We set up a tree-level six point scattering
process in which two strings are separated longitudinally such that they could
only interact directly via the non-local spreading effect predicted by light
cone gauge calculations and the Gross-Mende saddle point. One string, the `detector', is
produced at a finite time with energy $E$ by an auxiliary $2\to 2$ sub-process,
with kinematics such that it has sufficient resolution to detect the
longitudinal spreading of an additional incoming string, the `source'. We test
this hypothesis, and find that in this regime, the amplitude exhibits support
over the predicted longitudinal separation of order $\alpha'E$, with its peak
support shifted early by this amount.

In an appropriate kinematic regime, the worldsheet OPE leads to a factorized
Regge form for the amplitude which precisely corresponds to the decomposition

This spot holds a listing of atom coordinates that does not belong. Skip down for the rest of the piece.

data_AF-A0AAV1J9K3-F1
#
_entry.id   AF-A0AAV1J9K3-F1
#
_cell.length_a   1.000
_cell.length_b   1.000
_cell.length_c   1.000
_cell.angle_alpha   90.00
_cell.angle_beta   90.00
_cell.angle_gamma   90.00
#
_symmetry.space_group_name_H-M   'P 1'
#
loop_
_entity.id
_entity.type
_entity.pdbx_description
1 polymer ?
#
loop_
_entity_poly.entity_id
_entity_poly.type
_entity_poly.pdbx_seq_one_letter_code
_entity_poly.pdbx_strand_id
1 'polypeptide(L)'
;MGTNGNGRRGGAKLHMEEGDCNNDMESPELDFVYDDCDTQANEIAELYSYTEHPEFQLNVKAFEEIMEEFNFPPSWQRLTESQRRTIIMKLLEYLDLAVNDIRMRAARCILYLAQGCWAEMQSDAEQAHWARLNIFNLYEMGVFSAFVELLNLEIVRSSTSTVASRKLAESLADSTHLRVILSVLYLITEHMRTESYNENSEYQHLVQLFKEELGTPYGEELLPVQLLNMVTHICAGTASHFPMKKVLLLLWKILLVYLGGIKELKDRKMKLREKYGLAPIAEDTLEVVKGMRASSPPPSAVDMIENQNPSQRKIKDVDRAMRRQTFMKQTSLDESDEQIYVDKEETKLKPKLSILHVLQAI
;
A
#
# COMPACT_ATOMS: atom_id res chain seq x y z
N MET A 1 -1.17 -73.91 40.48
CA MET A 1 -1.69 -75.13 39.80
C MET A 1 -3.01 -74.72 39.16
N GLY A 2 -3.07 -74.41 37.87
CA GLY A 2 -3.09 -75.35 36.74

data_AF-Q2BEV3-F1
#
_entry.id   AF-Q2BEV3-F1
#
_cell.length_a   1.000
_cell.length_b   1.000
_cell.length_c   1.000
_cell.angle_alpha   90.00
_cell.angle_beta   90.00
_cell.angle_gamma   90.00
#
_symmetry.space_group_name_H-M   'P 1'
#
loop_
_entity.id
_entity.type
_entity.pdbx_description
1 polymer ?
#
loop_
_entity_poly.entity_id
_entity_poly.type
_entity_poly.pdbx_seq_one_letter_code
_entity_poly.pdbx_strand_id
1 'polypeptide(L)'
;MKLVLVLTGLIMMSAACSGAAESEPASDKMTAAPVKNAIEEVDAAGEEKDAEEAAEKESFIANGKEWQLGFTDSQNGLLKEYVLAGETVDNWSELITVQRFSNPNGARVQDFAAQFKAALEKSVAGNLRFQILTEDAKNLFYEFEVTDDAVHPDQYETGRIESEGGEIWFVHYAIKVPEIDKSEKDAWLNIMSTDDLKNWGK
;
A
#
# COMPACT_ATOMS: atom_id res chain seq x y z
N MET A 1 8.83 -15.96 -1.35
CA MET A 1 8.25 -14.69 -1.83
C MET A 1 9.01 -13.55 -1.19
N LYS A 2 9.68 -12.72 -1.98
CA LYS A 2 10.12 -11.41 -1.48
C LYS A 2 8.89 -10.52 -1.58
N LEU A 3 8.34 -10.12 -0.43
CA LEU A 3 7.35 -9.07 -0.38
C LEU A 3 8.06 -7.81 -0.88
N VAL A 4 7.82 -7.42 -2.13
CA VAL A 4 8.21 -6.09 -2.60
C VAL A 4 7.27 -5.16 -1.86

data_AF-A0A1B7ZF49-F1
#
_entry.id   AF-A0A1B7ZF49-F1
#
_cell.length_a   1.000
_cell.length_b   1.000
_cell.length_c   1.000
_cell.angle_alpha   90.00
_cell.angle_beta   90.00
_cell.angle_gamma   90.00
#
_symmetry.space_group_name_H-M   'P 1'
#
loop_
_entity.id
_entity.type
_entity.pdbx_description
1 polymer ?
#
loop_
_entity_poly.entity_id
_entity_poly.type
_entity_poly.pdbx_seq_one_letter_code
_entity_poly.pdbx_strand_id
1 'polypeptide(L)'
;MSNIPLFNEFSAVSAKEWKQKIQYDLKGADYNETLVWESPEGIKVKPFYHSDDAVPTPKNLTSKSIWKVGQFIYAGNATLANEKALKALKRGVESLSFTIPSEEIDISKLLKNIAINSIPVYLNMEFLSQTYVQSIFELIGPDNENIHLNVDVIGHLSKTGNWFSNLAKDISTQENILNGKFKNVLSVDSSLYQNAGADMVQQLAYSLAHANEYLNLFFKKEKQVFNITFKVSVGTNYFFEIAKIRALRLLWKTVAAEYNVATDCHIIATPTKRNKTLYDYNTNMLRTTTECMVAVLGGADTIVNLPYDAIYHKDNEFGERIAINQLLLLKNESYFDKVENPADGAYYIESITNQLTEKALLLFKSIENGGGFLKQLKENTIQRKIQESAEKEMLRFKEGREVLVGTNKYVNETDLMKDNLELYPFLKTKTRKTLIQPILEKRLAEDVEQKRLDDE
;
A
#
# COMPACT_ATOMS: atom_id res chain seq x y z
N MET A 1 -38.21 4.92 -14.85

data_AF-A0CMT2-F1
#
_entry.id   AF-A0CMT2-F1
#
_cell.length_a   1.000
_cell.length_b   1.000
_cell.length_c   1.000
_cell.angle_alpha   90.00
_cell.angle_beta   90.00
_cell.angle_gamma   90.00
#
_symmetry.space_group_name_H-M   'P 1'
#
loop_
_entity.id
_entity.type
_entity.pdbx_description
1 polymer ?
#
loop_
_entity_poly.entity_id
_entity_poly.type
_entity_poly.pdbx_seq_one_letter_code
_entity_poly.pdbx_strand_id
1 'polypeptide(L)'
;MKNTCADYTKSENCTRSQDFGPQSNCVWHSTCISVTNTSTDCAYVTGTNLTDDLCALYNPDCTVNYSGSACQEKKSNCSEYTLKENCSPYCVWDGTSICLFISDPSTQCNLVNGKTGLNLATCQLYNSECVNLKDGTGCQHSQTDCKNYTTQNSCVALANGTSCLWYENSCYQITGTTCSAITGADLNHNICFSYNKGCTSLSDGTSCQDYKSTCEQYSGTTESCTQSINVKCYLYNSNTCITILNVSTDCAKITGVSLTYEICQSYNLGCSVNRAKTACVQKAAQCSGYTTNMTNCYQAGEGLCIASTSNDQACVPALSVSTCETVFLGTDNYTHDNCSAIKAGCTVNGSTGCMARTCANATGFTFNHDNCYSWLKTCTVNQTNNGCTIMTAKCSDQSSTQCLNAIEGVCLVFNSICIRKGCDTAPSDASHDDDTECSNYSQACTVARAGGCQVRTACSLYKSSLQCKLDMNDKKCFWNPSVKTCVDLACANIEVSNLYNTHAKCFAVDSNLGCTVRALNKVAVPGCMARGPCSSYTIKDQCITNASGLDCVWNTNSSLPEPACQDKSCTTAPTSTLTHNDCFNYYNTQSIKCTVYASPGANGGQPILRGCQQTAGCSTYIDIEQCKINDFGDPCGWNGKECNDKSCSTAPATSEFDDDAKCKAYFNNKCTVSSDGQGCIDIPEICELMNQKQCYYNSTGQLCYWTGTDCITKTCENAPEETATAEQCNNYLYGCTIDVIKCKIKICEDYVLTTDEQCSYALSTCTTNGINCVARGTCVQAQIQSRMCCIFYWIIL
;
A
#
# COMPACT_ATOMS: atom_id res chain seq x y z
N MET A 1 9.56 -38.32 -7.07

into the auxilliary four-point process and the detector-source
scattering. We support this interpretation by showing that the size of
the amplitude is inconsistent with other interactions between the incoming
strings, that the effect is robust against deformations that preserve the
predicted spreading, and that the amplitude degrades as predicted when deformed
so that the resolution of the detector string is reduced. We
contrast this with the behavior of tree-level quantum field theory with similar
kinematics. This provides a direct manifestation of the scale of
longitudinal spreading in a gauge-invariant S-matrix amplitude, in a calculable
process with significant amplitude which simulates the dynamics of
time-translated horizon infallers.